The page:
In the path of wildfires? Here are tips to protect yourself, your home and your finances
Here's how to keep your property, your pets and your wallet safe
Millions of Americans end up in the path of wildfires every year. Lives and property are threatened not just by the fires, but by scammers and unethical contractors as well.
Here are some tips to help consumers protect themselves from the disaster and possible opportunists, bad deals and con-artists:
Take photos: Here’s a good idea for all homeowners anytime, but especially those bracing for wildfires or any kind of natural disaster. Take photos and videos now of your home and belongings, if you can do it safely, so you can better document any losses.
Protect your pets: People forced to evacuate need to know if hotels or shelters will take their pets. Pets Welcome is a good resource for that information for shelters and hotels. Additionally, many hotels relax their pet policies and waive pet fees during a natural disaster. Call ahead to find out. Bring Fido offers these additional tips to keep your dog safe during an emergency.
Disconnect your appliances and electronics. And turn off the gas and electric service. You can also turn off your water after you fill jugs or containers with drinking water, and fill the bathtub with water to flush toilets, in case you return and you’ve lost your water service.
If you don’t shut off your power, use this trick to find out whether you lost power: This is something that’s good to do anytime, but especially if you’re leaving your home or apartment for any period of time, even on vacation. Take a plastic bottle or something with a leak-proof lid, and fill it halfway with water. Tip it over on its side and put it in the freezer. Once it’s frozen, put it upright in your freezer. If you come home after being away and think you might have lost electricity, look to see whether the water in the bottle is still frozen on the side, or whether it’s at the bottom of the bottle. If it’s the latter, it means you lost power for an extended period and you should assume just about everything in your refrigerator and freezer needs to be discarded.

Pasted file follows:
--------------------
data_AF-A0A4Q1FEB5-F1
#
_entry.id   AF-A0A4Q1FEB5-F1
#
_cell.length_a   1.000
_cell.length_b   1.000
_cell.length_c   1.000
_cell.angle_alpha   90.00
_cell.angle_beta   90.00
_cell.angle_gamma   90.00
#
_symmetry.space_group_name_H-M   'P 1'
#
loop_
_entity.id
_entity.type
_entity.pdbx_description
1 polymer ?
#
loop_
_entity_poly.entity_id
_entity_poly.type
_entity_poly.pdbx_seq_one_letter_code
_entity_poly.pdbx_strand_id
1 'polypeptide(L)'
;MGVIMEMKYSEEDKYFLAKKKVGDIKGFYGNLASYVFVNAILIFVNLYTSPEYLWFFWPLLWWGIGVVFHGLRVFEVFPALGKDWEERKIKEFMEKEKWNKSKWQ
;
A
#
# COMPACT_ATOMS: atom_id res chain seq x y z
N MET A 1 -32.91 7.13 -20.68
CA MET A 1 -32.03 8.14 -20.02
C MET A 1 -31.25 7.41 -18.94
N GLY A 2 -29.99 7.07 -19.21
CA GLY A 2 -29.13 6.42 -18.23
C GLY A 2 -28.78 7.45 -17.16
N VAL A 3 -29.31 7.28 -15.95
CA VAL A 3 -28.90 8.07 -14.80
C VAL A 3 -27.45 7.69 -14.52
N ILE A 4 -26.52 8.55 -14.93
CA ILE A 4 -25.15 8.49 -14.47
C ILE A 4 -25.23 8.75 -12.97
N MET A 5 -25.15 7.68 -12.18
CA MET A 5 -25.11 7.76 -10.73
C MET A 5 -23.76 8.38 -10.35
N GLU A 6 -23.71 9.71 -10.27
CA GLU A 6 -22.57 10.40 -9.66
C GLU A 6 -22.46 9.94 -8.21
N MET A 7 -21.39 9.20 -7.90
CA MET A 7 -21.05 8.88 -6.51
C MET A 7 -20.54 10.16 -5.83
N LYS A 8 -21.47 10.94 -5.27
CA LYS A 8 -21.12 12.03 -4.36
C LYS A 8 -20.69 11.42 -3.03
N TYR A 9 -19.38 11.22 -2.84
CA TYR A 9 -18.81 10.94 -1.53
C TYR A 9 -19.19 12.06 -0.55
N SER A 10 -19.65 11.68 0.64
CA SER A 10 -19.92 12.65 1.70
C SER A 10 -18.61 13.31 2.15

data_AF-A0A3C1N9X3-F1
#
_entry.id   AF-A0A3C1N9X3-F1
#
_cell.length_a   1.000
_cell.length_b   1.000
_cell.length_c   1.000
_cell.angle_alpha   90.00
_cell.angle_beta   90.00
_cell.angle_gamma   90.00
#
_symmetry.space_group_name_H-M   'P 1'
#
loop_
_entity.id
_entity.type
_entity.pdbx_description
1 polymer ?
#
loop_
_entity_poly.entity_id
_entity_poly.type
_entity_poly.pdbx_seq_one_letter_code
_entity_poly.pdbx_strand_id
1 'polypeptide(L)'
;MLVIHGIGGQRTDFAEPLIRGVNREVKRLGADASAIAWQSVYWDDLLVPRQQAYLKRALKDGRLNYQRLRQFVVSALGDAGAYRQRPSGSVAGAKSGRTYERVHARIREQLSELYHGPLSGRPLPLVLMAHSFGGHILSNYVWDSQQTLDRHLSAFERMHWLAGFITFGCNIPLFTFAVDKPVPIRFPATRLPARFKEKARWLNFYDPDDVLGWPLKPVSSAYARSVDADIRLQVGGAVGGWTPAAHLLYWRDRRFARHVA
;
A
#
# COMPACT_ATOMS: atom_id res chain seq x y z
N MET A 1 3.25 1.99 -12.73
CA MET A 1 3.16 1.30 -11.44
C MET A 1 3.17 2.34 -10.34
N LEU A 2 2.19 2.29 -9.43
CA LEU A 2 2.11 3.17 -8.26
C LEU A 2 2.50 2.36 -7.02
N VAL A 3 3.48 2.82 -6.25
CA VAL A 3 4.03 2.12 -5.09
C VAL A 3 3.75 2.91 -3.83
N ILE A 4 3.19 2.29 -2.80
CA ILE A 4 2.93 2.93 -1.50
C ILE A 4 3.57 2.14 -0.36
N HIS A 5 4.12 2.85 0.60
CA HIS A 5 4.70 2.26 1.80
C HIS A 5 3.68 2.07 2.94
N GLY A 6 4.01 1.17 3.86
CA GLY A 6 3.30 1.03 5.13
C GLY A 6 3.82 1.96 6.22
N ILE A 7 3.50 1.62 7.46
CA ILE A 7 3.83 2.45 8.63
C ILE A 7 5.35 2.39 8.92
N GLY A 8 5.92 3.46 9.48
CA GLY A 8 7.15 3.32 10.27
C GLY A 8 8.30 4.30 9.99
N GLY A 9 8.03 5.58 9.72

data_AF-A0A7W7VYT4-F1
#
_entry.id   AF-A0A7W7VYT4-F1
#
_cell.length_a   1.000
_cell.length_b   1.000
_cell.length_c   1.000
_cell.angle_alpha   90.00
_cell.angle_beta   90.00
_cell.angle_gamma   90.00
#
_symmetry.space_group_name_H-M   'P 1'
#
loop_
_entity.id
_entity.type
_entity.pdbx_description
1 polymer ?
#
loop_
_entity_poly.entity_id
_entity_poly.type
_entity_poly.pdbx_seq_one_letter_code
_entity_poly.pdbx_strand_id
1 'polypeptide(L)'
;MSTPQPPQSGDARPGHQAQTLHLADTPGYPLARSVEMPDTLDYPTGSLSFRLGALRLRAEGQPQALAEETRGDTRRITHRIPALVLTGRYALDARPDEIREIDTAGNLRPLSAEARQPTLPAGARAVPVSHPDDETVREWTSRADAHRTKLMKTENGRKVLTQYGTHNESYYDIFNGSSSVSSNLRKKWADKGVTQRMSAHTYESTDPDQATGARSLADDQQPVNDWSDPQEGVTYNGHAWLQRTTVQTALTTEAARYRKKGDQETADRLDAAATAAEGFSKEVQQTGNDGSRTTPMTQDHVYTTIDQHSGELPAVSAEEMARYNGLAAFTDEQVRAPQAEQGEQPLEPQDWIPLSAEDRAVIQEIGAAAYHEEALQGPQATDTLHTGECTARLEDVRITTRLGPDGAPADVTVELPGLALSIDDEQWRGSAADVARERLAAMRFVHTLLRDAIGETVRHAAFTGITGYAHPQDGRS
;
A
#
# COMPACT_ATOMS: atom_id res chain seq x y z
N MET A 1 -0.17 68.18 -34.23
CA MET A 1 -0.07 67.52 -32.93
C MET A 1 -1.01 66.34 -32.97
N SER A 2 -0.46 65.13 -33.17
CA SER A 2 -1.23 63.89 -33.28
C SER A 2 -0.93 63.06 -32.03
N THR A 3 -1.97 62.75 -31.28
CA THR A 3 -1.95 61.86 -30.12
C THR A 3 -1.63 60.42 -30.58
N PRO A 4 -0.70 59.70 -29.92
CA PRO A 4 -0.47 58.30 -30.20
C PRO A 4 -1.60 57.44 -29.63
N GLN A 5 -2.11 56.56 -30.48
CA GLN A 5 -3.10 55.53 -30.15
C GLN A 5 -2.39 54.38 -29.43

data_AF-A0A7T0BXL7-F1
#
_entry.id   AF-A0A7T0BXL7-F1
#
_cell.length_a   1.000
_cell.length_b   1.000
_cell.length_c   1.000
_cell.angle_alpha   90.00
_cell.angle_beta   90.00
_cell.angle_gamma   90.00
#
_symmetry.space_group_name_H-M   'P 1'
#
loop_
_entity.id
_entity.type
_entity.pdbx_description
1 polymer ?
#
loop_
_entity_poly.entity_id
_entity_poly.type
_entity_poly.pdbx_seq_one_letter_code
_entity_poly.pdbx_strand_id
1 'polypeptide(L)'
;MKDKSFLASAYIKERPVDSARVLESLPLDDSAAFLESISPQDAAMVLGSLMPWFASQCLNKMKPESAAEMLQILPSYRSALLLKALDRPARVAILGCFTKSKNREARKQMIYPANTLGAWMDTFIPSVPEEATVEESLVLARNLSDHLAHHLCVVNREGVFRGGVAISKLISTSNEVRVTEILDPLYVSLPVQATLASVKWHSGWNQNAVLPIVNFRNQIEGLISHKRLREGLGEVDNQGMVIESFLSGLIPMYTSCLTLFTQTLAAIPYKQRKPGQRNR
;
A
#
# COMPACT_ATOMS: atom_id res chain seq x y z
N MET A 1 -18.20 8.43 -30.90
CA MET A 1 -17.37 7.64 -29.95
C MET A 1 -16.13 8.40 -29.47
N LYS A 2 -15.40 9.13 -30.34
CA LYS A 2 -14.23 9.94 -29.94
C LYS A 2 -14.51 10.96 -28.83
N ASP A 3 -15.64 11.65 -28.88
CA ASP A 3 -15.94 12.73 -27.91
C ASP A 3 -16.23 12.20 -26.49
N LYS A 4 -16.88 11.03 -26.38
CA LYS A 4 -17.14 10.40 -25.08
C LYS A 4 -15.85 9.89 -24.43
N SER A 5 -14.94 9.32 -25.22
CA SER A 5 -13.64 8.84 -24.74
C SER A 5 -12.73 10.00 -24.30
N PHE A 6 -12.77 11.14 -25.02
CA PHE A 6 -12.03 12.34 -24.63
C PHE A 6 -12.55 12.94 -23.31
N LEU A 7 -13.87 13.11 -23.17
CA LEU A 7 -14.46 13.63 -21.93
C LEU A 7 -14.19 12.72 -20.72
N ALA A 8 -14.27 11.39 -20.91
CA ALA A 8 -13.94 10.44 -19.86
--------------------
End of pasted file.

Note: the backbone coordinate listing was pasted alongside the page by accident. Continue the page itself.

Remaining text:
Watch out for fraud and scams: After past disasters, con artists have posed as federal employees, insurance agents and housing inspectors to steal information and money. Robocallers impersonating federal officials have promised victims money for simple information.
People can take several steps to protect themselves:
* Ask for appropriate identification.
* Don’t give out personal information such as Social Security numbers, bank account information, policy numbers or anything else to someone you didn’t contact independently.
* Remember FEMA doesn’t charge anyone to submit an application.
* Don’t give anyone a large deposit or down payment before they provide their goods or services.
* And don’t pay in cash or with a wire transfer or gift card.
Be on guard for price gouging: 37 states have anti-price gouging laws that protect consumers from prices that are inflated after an emergency is declared. If a business is hiking prices for gas, water, building supplies, food, ice or other needs, people should report it to their state attorney general’s office immediately. Here’s how to report price gouging to the attorneys general in every state.